Celebrating Ray Bradbury’s Birthday

By Steve Vertlieb: 101 YEARS. As I remember what would have been his 101st birthday on August 22nd, my memories drift back to a time not that long ago when I was proud to think of one of the greatest writers of the twentieth century as my treasured pal.

Here is my affectionate tribute to cherished friend Ray Bradbury, whose loving presence occupied my world and my heart for nearly four decades. Ray was one of the most distinguished writers of the twentieth century and, with H.G. Wells, perhaps the most influential, legendary science fiction writer of the past one hundred years.

More importantly, however, Ray was a gentle little boy whose love of imagination, fantasy, and stories of other worlds influenced thousands of writers and millions of admirers all over the world. His monumental presence upon this planet warmed and inspired all who knew him, and I was honored to call him my friend for thirty-eight years.

Here, once more, is my loving remembrance of the life and world of Ray Bradbury, “I SING BRADBURY ELECTRIC” at americanmusicpreservation.com – “A Ray Bradbury Remembrance (Film Music Review 14th Anniversary Special”).

Thinking of my beloved friend on what would have been his 101st birthday on August 22nd.

Sharing a few special moments with cherished pal Ray Bradbury at Forry Ackerman’s spectacular 1993 “Famous Monsters” reunion celebration in Crystal City, Virginia.

4 thoughts on “Celebrating Ray Bradbury’s Birthday

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  2. What a nice remembrance of dear Ray Bradbury. I also attended the Famous Monsters World Convention in 1993. Everyone was there. I got to meet Curt Siodmak, Ray Harryhausen, Walter J. Daugherty and Rick Baker. Visited with friends Robert Bloch, Julius Schwartz, Kelly Freas. Dave Kyle was there, too. Sadly, many have passed away (it was, after all, 28 years ago). We are the old-timers, now…

  3. @John. I had wanted to be at that convention as well. But unfortunately they didn’t bother to check if there were other science fiction conventions that same weekend. And there was— Disclave. I was a member of WSFS back then, so that’s where my loyalties lay. And the two conventions were too far apart from each other in distance where I could do both.

  4. Excuse my strong language here, but I loved Ray Bradbury. (I know that love is now a word forbidden to all but advertisers.) I have read his stories aloud more than any other author. The only other writer whose words feel as good tumbling around on my tongue is James Joyce, but the density of Joyce’s prose does not hold a candle to the clarity of Bradbury.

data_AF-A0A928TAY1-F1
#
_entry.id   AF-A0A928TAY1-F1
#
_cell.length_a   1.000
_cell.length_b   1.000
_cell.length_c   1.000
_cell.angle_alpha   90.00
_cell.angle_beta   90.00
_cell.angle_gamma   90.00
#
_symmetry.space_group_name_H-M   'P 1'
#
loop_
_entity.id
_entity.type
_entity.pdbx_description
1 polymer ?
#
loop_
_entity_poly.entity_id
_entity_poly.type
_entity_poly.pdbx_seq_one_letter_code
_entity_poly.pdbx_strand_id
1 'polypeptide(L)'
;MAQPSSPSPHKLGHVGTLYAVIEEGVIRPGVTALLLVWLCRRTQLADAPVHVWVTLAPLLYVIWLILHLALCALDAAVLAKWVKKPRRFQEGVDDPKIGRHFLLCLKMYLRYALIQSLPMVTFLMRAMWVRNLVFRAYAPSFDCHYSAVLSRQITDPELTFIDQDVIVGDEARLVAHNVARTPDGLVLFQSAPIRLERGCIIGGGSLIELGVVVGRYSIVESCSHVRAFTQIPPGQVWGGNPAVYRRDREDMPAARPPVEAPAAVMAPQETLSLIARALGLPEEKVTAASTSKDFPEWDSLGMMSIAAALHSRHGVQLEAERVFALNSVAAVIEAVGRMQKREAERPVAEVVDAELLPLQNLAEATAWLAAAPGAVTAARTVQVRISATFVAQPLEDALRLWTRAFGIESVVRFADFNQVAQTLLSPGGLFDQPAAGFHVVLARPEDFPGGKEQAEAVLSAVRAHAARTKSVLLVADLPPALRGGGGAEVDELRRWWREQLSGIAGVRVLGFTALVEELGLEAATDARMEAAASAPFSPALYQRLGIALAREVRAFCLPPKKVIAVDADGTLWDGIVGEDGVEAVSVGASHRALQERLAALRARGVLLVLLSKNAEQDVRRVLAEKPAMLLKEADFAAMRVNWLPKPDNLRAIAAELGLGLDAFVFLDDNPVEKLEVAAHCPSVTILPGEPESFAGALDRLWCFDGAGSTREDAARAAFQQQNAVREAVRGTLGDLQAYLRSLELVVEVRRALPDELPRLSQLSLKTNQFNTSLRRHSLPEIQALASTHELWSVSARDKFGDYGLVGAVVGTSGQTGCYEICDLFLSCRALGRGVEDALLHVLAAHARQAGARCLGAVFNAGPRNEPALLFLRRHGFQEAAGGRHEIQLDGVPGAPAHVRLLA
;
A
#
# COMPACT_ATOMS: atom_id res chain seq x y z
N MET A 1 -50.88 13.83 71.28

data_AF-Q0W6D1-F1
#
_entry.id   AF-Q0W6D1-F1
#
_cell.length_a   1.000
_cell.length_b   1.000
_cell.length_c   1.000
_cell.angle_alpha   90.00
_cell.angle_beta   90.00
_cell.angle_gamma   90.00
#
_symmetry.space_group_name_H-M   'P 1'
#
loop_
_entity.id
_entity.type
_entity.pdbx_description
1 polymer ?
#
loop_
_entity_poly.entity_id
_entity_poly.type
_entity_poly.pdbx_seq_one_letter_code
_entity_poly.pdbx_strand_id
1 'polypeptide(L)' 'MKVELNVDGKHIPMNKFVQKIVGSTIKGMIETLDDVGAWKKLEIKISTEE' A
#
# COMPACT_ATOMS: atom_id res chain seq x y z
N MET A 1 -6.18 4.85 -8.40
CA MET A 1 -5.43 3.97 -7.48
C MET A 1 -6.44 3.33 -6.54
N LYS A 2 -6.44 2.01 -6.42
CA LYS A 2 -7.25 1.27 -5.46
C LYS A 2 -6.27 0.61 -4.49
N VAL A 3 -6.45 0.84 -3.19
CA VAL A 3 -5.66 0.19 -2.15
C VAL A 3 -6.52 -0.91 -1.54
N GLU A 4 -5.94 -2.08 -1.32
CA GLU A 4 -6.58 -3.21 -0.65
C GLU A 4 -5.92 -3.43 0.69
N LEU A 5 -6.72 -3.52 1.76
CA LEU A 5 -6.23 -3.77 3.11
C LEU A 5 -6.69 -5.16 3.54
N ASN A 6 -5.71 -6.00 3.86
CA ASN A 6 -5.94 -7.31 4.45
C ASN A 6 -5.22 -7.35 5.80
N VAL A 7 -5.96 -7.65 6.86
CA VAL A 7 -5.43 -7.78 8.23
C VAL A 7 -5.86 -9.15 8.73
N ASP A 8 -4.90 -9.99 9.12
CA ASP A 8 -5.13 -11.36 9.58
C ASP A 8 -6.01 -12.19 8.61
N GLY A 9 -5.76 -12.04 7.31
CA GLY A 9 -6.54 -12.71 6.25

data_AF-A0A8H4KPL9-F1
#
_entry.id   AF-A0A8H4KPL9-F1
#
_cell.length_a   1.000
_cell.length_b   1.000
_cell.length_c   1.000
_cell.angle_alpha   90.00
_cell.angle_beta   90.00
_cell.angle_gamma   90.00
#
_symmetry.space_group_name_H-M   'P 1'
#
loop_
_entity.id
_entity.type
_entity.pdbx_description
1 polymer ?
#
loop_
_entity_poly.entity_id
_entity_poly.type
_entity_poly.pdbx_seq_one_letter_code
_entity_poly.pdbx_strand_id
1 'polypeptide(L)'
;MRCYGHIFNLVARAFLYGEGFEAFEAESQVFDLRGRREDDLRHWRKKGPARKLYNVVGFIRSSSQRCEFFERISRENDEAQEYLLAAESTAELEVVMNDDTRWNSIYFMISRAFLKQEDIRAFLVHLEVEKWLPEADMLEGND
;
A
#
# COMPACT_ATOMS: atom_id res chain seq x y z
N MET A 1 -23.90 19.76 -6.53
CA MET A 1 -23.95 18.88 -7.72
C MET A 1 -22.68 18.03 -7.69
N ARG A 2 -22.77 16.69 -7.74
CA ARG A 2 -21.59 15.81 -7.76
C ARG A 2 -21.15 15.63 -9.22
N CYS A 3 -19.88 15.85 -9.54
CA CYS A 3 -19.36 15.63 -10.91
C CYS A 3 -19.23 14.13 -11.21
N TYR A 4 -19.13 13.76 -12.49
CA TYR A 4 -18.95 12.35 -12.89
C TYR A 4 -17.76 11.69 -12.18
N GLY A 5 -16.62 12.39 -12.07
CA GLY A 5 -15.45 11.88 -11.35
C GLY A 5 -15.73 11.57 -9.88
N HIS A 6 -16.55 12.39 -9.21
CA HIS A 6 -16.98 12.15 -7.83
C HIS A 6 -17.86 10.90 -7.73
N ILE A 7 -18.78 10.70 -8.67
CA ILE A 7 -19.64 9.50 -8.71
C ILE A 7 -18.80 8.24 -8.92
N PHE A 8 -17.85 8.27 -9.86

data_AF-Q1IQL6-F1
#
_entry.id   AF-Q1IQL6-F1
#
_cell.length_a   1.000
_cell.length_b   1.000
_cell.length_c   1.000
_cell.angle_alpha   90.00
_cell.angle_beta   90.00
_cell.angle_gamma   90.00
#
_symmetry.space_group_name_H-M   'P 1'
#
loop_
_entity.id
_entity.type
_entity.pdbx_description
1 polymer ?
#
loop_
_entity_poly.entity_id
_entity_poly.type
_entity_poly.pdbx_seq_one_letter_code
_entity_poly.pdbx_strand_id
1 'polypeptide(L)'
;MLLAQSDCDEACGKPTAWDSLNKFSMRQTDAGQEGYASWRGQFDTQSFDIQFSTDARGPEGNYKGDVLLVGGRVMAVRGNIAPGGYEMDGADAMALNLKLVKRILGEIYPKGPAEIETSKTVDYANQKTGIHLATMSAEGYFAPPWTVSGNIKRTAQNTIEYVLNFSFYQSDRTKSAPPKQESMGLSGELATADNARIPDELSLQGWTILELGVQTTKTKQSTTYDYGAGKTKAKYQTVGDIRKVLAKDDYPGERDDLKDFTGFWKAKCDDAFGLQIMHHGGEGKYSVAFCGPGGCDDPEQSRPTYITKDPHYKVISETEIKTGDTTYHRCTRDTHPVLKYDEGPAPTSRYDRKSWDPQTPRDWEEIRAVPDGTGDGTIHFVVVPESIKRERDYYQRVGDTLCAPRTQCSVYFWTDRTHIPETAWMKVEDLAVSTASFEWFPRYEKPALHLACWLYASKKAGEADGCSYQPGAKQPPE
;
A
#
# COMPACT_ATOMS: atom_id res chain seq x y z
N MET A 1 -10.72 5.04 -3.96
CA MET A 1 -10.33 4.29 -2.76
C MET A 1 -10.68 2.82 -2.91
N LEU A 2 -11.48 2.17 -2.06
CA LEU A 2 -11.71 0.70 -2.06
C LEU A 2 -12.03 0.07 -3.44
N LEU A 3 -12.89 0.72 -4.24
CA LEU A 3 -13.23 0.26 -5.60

I wanted to be him.

    When I finally met him he turned out to be as kind and joyous as I had imagined him. His voice was music. When some people complained that he read his poetry in public I was bathing in the glory of words washing over me like soft rains falling in starlight.

    He mentioned once that he had learned to write by putting all of Theodore Sturgeon’s stories through his typewriter, so I sat up and paid attention to Sturgeon. When I met Sturgeon, and heard him speak, I went home and wrote a story with his voice in my head, and that was my first sale. I never managed to get Bradbury’s voice in my head that clearly, but Ray’s advice was awfully sound.

    When I read “Dandelion Wine” I had to make the stuff, back East. With a sudden spring dandelions are plentiful, but in California they are fickle as forsythia and it’s hard t get even two quarts of blossoms all at once to make a small batch. But nothing treasures up the summer the same as that flavor.

    Back at Milford I was in need of an agent. Virginia Kidd lived there and said she would take a look at my stories. She wrote to me later and said she had some misgivings, but she would take me on. “Even though you have all the same faults as Ray Bradbury.”

    I cannot imagine that anybody could have paid me a greater compliment as a writer than that one.

    Yeah, he is not in the world with us at the moment, but I still love him with all my heart.

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